As the novel coronavirus forces millions of employees to log into the office from home, some companies are onboarding remote employees for the first time ever.
Many employers are facing unprecedented challenges acclimating fully remote workers to the office, said Cal Henderson, the cofounder and CTO of the workplace messaging platform Slack. This is includes Slack, he added.
“Prior to this, the idea that we would interview, hire, and onboard somebody never having met them face to face would have been very strange within the organization,” Henderson told Business Insider.
But, Henderson added, there are several strategies managers can employ to successfully onboard new workers. For example, helping new employees feel connected and preparing in advance can help the process go more smoothly, he told Drake Baer on Business Insider’s podcast, “Starting Up,” an interview show inviting founders who’ve kickstarted successful companies to talk about their journeys.
“We’re giving people, especially new people to the team, enough connections and touchpoints that they don’t feel they’ve just been stranded out on their own,” Henderson said.
Even though remote onboarding may be new to the company, remote work is in the fabric of Slack’s company’s culture. The company’s founding team included two fully remote members working alongside colleagues in two different countries, according to a company blog post.
Here are three successful strategies Slack is using to improve the remote onboarding process:
Keep an open line of communication with the new employee
If you’re starting a new job, it’s likely that you don’t know many people on the team, which can make it more difficult to develop relationships, Henderson said.
“Make them feel like they’re part of the team, part of the organization, and part of the culture of the company,” he said.
Henderson recommends using frequent, shorter check-ins, “just to make sure that if they’re not used to working remotely that they have that connection to their colleagues.”
Check-ins are an important tool for building remote-work relationships, and communicating with a boss frequently can make a new hire more successful long-term.
Address any logistical challenges early on
Another critical part of onboarding remote employees is providing them with the supplies they need to do their job, like laptops, desks, or monitors. It’s important to overcome any logistical issues that may come from getting workers the tools they need to do their job well, Henderson said.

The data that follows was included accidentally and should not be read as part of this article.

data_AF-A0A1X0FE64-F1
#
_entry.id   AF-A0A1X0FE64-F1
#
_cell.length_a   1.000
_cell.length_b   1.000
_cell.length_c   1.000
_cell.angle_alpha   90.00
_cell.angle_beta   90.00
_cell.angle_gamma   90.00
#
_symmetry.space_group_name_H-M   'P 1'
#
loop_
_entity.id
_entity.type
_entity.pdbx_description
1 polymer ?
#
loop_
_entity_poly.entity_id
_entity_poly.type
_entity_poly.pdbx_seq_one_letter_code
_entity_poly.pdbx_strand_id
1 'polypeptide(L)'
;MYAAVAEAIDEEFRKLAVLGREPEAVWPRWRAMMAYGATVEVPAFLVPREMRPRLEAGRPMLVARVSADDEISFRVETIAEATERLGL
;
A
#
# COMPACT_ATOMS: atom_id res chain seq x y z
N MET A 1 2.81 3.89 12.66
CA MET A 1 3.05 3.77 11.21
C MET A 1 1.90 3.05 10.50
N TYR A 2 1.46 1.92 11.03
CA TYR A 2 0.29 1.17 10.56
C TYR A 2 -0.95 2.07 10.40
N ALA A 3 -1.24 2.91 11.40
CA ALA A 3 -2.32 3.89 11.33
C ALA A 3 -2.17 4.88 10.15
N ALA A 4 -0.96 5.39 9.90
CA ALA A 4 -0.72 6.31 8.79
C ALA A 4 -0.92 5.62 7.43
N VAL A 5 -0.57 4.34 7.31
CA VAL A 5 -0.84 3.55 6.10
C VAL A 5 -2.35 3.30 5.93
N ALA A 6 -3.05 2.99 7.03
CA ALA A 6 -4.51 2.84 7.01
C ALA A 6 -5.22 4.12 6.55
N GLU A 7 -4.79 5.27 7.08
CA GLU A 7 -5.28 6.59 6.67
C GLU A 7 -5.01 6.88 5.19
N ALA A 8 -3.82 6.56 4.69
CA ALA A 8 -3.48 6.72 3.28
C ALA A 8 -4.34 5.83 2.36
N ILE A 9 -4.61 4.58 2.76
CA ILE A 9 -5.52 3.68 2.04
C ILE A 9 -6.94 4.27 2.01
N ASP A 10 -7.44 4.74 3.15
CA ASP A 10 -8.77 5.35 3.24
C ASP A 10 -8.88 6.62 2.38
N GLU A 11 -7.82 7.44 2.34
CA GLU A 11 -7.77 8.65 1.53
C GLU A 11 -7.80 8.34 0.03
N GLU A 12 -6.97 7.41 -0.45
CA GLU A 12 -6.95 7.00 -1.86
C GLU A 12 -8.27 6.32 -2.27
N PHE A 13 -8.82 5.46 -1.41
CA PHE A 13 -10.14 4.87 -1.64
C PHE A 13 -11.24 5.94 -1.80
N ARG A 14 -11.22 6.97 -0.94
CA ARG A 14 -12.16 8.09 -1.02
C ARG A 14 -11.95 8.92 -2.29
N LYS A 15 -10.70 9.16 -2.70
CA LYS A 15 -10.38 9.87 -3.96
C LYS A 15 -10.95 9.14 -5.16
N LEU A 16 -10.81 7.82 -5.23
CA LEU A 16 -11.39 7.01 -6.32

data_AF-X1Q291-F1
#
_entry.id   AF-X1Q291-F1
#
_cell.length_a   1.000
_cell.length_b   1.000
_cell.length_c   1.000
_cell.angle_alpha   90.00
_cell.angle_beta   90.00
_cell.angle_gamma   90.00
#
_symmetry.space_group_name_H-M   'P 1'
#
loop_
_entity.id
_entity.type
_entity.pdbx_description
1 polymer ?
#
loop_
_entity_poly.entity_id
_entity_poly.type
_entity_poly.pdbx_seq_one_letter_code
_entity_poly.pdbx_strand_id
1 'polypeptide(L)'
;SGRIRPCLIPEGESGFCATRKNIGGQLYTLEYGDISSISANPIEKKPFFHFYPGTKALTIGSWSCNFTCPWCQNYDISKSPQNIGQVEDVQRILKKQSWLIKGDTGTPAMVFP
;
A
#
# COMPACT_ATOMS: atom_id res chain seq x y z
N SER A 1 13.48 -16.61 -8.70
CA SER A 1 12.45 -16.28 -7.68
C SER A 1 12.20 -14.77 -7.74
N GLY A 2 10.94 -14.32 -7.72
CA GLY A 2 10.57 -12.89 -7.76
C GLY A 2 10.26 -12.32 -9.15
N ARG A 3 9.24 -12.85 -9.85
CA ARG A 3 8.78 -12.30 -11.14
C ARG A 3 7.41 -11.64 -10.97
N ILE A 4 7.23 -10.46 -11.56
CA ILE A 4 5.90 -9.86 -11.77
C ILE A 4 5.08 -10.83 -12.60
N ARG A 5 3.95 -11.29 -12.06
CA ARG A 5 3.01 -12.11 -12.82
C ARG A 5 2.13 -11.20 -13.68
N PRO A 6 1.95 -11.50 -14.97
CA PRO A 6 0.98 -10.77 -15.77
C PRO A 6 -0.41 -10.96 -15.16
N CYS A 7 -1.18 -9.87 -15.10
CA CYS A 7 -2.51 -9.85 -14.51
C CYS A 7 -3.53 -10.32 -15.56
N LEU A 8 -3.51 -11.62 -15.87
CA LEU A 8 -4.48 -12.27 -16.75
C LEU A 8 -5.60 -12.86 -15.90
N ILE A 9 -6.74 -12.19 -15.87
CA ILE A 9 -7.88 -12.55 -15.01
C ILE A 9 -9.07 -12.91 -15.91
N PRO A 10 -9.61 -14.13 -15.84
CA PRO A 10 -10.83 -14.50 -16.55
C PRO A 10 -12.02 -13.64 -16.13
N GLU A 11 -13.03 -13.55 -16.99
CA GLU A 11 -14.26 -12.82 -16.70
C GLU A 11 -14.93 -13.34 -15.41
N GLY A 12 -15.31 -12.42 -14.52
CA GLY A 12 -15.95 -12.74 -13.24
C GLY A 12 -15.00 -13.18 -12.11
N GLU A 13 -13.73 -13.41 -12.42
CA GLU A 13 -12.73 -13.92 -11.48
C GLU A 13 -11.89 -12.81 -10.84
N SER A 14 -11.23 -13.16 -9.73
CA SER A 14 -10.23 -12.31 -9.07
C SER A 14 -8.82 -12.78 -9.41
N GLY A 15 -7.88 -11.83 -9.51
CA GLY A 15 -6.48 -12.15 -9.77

For example, on the first day at Slack new hires can expect to receive their laptop. But now, the company is forced to reimagine this process by shipping laptops to employees instead.
“How do we take that remote?” Henderson asked. “How do we get the laptop shipped to them and you know, in the correct kind of setup, and how can we go through our security setup?”
According to the remote job site FlexJobs, it’s important to evaluate how an organization will meet a new hire’s equipment needs. A company can either purchase all of the new hire’s equipment (laptop, phone, printer, chair, or a desk), or it can provide only a work-from-home laptop.
Another option to consider is offering a technology stipend, whereby companies provide an allowance for remote equipment costs. If the manager’s remote work budget is tight, however, the organization may want to adopt a “bring your own device policy,” which requires workers to use their own equipment.
Build and maintain a strong company culture
Henderson said making sure employees feel like they are a part of the company culture is key to making new employees feel at home. It’s important to be intentional about the type of culture you build, he said. For example, Slack tries to create an empathetic environment where workers are attentive to the needs of others.
“There will be a culture of your organization, whether you’re intentional about it or not,” Henderson said. “We chose to be very intentional about that early on because we wanted to build an organization that we would still want to work at five and 10 years later.”
Ultimately, a company’s culture in a remote environment should not be all that different from how it is in the office, he said.
“Make sure that those people who are joining your organization feel like they’re really part of the company, instead of part of this strange cohort who have joined in a strange time when they can’t really onboard,” he said.
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